Stock Orchard Street (Straw Bale house, Grand Designs, Series 1 & 3) is a house and associated office in Islington, north London. The garden was originally laid out in a matrix pattern, with lawn interspersed with planting, and some productive growing areas. There were a number of site issues that needed addressing as part of the re design. The building provides a model of sustainable living in an urban setting and uses a number of technologies based around principles of sustainable design, many of which are being introduced in an urban context for the first time. The development of the garden has reflected this, through choices of materials and a large area designated for fruit and vegetable production. The design of the garden is practical and relaxed, with an informal approach to planting selections.
All images © Marianne Majerus
What our client had to say:
“As the owners of a tired London garden, we asked Emma to design a revamp. The garden had a number of issues: dry shaded areas, high walls, noise problems and some existing structures and trees that we wished to retain. We wanted a large portion of the space to be productive. Working within this framework Emma produced a simple and imaginative design that structured the garden into two halves: one consisting of ornamental species suited to the shady area and another, in full sun, consisting of four raised planting beds, bounded by new oak sleepers linked by an arcade of posts and beams in rusting steel.
Between the two areas she located a new terrace for outdoor dining at the foot of the staircase leading from our kitchen. Emma quickly understood the constraints and opportunities of the site and was resourceful in her use of the existing features, incorporating them with ease into the new design. Emma is brilliant with textures and colour, and for our garden she chose species in the spectrum between purple, red, orange and yellow, combining plants of different heights, shapes and character.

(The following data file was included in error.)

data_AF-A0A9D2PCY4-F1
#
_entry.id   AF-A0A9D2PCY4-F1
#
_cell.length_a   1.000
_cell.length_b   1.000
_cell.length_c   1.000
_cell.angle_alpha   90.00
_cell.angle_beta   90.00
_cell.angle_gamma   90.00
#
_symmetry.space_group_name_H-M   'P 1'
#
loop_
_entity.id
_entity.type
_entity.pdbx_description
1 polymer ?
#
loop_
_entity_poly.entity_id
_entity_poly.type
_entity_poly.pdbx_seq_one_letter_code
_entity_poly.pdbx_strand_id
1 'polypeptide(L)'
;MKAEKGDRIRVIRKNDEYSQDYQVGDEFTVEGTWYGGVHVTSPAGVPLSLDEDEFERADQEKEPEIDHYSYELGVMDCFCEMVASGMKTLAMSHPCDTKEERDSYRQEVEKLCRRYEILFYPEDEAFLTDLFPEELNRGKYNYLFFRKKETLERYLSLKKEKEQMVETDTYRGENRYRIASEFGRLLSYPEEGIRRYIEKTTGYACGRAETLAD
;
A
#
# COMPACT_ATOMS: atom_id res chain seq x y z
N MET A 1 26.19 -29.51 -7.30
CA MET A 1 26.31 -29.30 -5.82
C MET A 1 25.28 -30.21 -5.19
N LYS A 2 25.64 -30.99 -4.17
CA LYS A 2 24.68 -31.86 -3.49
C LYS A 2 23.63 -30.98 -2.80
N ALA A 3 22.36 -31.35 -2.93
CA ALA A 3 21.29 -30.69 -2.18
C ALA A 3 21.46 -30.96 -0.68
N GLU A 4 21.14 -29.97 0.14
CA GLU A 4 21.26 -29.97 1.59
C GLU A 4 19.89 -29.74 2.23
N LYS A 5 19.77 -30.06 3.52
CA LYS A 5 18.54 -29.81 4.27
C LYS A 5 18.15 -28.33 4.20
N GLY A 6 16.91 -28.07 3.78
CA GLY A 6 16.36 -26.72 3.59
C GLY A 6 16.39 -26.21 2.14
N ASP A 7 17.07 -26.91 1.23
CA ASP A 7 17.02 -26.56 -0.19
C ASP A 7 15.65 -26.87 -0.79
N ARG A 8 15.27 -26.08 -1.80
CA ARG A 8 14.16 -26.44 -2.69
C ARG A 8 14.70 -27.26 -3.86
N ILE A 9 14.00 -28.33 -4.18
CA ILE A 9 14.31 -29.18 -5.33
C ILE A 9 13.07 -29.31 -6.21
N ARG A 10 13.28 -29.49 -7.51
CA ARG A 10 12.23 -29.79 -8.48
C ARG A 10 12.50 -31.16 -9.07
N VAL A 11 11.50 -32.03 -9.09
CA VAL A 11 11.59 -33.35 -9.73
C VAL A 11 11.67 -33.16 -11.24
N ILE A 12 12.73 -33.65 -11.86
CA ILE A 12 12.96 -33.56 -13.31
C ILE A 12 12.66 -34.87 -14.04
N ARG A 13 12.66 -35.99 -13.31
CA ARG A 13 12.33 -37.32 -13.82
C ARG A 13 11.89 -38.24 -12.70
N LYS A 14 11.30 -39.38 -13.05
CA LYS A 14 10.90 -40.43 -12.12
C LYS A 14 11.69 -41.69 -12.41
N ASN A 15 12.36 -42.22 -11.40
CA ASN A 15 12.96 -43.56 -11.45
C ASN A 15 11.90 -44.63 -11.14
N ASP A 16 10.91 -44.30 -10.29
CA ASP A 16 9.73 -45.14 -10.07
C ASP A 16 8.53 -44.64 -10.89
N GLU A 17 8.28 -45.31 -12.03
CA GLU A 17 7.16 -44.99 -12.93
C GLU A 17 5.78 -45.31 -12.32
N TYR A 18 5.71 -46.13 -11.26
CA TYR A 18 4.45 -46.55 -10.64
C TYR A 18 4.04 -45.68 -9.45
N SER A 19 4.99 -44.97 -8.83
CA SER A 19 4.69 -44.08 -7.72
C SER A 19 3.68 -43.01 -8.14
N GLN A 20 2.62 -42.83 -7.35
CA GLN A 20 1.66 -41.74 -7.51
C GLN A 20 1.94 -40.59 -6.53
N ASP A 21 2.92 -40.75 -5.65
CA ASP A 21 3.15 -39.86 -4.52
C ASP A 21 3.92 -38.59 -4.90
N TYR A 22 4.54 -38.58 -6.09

Emma planted the shade bed by careful selection of successively flowering perennials, so that, all through the spring and summer, species bloom one after another in a seamless succession of colours and textures. This area, that used to struggle, is now never wanting for interest.
In addition Emma understands how to combine colour and form all through the year. The shady part is now adorned with clipped evergreen Loniceras forming a contrast to the white trunks of the birches that rise through them, and these provide a lively backdrop during the winter months. In summer this area, with its flowers and grasses, is a haven of butterflies, bees and other insects. We found Emma listened carefully to our wishes, assessed the possibilities offered by the existing canvas and was responsive to our concerns, offering a range of suggestions within the overall conceptual framework of the design. Working from concept to detail, she was careful to explain the decision-making process as we progressed, obtaining sign-off at each stage.
She was a pleasure to work with and we are delighted with the redesign.”